In early June, on my way east from BC, I stopped by in Calgary to spend a few days with an old friend of mine—my oldest friendship that’s still active, by about 5 years. It was satisfying to play both with old jokes and also new explorations. I shared the Snake Cult of Consciousness article with him (coolest essay written in 2023 in my view) and it resonated with a bunch of stuff he’d been thinking about for awhile and we were able to do a lot of co-exploration into stuff about the evolution of culture and religion and so on. He’s been being a hermit for a while so it felt really good for him to get to plug his independent thinking into larger currents of questions that seem to me to be ones that humanity does not yet have good answers to.

Then I made my way to Waterloo for further meta-protocol jamming with the collaborative culture scene there that I’d been very intimately involved in from 2012-2020. I discovered that I’d been quoted in my friend Naryan’s new book Human Work, about bringing collaborative culture to workplaces. In fact, it turned out, I hadn’t been “quoted”, the ostensible reason for which is that the blog post he wanted to cite didn’t contain the exact phrase he was looking for, but I actually like it better that way—there’s no point in quoting anyone on this phrase since the whole point of the phrase is that it’s self-evident, not something you would take someone’s word for.

But being back in Waterloo was… interestingly uninteresting. I had been quite excited on a lot of levels to reconnect with Jean and the others and see where we could get in multiple weeks (compared to the one week I’d thus far spent back there since my 2020 departure). I was able to make a few new experimental trust-dancing moves, and it was interesting to see how they landed. But to a large degree, we seemed to mostly be falling into the same grooves as before. There was one conversation in particular where I watched a moment where if I’d been slightly more present I could have made a new move that would have at least informed me about whether this new move made any difference, but I missed my moment, had a typical-of-years-ago reaction, and it fell apart. This was frustrating. I didn’t learn as much as I’d hoped, on those levels. And they didn’t seem to have developed much at all since I’d left.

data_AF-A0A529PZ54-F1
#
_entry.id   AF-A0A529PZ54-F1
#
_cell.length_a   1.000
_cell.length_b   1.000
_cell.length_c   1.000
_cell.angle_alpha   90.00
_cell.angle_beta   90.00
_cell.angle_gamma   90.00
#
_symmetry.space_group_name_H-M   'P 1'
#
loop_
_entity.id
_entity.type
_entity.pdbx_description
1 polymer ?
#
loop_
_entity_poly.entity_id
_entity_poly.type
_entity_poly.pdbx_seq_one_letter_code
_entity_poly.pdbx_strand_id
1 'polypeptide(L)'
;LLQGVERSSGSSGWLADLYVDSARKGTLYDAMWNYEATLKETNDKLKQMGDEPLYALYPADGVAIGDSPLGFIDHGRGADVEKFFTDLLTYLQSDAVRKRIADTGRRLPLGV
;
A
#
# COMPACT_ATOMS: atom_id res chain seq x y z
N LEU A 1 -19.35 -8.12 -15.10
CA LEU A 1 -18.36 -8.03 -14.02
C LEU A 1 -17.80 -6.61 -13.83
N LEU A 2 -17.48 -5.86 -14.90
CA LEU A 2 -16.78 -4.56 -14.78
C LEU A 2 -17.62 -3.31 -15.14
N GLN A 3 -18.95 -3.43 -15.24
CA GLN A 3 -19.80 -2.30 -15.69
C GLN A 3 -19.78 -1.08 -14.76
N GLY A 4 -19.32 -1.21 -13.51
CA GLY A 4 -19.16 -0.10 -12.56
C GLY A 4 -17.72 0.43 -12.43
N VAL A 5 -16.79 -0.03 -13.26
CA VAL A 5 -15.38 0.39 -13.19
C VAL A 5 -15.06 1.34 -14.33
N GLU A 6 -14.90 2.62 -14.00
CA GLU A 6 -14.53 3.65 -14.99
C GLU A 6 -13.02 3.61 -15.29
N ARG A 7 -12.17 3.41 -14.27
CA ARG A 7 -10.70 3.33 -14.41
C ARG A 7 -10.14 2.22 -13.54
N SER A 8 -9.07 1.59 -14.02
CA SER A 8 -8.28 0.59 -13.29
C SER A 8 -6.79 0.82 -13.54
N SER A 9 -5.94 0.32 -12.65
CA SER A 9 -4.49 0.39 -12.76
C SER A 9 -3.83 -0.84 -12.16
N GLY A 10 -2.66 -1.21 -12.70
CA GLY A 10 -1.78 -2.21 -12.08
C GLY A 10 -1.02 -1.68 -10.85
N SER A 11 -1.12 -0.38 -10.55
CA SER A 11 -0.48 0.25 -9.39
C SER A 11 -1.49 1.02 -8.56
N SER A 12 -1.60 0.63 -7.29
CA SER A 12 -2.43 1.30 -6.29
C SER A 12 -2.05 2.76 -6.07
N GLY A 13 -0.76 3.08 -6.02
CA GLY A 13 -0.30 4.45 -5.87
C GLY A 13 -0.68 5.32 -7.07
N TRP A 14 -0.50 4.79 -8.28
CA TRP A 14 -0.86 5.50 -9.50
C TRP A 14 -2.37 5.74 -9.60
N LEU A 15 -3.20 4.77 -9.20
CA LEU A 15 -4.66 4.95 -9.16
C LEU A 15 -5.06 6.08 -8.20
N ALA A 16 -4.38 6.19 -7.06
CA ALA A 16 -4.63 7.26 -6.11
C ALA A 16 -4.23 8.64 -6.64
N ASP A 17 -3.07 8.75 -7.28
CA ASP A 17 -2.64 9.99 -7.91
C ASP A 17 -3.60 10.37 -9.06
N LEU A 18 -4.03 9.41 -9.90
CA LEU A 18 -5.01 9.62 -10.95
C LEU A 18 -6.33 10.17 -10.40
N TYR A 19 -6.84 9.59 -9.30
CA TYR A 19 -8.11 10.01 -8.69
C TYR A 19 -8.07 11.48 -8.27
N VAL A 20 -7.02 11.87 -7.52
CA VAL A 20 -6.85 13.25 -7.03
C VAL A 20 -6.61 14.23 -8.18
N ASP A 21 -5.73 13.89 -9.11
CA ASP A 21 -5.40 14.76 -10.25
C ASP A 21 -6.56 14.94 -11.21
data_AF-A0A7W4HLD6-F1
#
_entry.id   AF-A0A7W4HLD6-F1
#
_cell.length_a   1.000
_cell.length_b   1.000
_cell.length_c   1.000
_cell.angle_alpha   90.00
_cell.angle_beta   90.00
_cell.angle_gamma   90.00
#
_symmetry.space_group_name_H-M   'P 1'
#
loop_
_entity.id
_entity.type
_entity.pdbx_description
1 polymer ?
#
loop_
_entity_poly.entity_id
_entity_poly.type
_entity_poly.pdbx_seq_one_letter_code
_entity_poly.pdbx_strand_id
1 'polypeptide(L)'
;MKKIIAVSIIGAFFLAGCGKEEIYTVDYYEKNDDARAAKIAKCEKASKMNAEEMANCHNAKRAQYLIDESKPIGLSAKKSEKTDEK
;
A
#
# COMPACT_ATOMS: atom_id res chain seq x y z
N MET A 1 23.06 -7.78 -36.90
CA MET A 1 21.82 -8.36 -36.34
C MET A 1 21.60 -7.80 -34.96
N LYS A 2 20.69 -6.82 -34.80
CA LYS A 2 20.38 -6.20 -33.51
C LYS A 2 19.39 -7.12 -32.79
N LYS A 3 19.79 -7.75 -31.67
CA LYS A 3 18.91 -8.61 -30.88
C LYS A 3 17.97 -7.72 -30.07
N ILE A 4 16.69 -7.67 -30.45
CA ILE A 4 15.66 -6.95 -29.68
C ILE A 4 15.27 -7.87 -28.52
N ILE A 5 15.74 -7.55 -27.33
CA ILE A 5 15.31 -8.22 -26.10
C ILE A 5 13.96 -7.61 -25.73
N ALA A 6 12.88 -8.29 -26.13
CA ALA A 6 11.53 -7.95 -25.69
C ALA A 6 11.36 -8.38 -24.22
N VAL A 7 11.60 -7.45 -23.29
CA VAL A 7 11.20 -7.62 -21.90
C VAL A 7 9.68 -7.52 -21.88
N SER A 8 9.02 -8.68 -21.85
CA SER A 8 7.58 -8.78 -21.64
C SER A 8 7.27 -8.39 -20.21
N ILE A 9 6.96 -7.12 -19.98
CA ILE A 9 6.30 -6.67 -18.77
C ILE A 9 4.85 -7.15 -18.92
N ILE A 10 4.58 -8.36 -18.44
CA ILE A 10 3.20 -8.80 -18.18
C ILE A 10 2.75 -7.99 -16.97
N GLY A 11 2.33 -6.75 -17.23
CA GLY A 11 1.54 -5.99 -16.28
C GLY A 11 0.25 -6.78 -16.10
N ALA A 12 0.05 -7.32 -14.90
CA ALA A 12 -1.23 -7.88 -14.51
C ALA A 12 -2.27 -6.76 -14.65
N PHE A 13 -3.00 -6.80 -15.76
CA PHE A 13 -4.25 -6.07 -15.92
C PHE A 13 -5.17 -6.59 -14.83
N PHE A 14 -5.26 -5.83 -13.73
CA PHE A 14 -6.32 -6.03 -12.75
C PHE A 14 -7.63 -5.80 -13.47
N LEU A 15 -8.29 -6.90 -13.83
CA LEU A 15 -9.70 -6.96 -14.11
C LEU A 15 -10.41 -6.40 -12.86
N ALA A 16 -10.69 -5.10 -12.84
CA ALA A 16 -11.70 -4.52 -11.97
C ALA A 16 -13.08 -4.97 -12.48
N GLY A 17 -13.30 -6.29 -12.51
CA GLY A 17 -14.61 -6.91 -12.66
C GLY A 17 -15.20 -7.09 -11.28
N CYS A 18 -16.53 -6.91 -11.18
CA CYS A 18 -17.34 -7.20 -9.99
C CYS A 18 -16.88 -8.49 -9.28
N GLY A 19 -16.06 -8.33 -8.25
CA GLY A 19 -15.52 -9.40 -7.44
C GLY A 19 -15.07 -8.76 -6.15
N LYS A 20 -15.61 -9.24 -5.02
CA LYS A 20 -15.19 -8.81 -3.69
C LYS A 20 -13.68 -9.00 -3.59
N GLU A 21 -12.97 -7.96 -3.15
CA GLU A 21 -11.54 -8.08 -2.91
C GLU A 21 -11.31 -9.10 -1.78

Then Jess arrived on the train from visiting her New York family, and we spent a few days in Toronto before reconnecting with the scene in Waterloo. The culture there puts a lot of emphasis on membranes and it felt really good to recohere my membrane with Jess and step into the context as a twosome, not “part of” the local group. It felt good to introduce Jess to these people who’d been such a huge part of my life. The main impression she got was of a sense of “it seems like they care a lot about you and are also pretty angry with you and feel pretty unheard and you feel angry with them and unheard by them.”

One of the last days Jess and I were in town, we had a 6h conversation with David, one of the core people in the ecosystem there, reflecting on a lot of dimensions of how the system operates, my relationship with Jean, and my frustrations at having trouble even coordinating spending time with them while I was in town. For context, Jean was and is at the center of the culture incubator project I was part of in Waterloo, and was my mentor and close friend and main-sensemaking-person for many years. I’ve learned a lot from her, both from what she taught me and from watching where she gets stuck. And in May I’d written her a letter with the subject line: “I want you in my life”, which was an attempt to create a new context for a new phase of our relationship; it included a wedding invitation.

And talking to David that day, I got a sense that… perhaps Jean and I don’t really have a shared sense of how we’d like to be in each others’ lives. We have a lot of shared history, we’re still clearly part of the same big evolution-of-culture metaproject, but it’s not clear what kinds of interactions we would mutually want to have with each other that we aren’t having. I would like certain kinds of reconciliation & repair, in large part just because I think it would be a meaningful experience for me to understand myself and the world and what I was missing from her perspective. I have pieces of writing that remain unpublished because I’d like to sync up with her about aspects of them first, but she’s been fairly clear (mostly via not replying, but in one case explicitly) that she’s not interested in syncing up about them.